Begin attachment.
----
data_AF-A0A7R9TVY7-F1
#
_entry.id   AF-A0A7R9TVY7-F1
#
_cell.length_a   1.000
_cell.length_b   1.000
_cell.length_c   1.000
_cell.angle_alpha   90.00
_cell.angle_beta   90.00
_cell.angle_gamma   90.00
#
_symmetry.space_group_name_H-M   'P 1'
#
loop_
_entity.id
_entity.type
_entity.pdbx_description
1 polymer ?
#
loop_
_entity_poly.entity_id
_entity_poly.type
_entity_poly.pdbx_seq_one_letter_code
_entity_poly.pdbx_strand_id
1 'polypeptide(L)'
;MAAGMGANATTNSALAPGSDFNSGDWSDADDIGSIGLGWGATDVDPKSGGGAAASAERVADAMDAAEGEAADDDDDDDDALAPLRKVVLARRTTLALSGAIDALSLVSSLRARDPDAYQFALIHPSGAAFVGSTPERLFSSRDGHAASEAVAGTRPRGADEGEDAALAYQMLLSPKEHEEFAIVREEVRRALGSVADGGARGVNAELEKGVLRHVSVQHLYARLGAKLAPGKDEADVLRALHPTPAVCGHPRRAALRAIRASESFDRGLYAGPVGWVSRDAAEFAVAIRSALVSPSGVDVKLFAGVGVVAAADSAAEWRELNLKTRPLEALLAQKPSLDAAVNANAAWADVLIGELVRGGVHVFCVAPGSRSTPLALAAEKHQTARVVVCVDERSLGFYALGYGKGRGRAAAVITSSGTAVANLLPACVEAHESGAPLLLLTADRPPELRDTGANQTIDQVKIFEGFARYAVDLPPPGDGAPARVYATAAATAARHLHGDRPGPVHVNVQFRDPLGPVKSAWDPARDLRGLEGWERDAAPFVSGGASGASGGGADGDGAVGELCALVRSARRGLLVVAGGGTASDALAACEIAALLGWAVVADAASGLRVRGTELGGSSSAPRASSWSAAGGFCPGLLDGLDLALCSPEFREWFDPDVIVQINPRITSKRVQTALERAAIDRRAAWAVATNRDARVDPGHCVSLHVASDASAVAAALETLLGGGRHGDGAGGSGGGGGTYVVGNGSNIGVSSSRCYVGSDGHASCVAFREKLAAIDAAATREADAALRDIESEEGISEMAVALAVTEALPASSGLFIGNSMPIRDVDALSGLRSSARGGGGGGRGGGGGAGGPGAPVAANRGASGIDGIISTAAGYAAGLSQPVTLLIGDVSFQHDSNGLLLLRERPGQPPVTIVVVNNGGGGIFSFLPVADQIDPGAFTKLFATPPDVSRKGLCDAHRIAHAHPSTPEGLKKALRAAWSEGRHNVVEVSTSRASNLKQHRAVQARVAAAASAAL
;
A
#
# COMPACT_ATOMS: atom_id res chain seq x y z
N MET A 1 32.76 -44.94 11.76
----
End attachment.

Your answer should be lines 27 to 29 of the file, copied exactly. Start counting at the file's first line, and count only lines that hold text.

;
A
#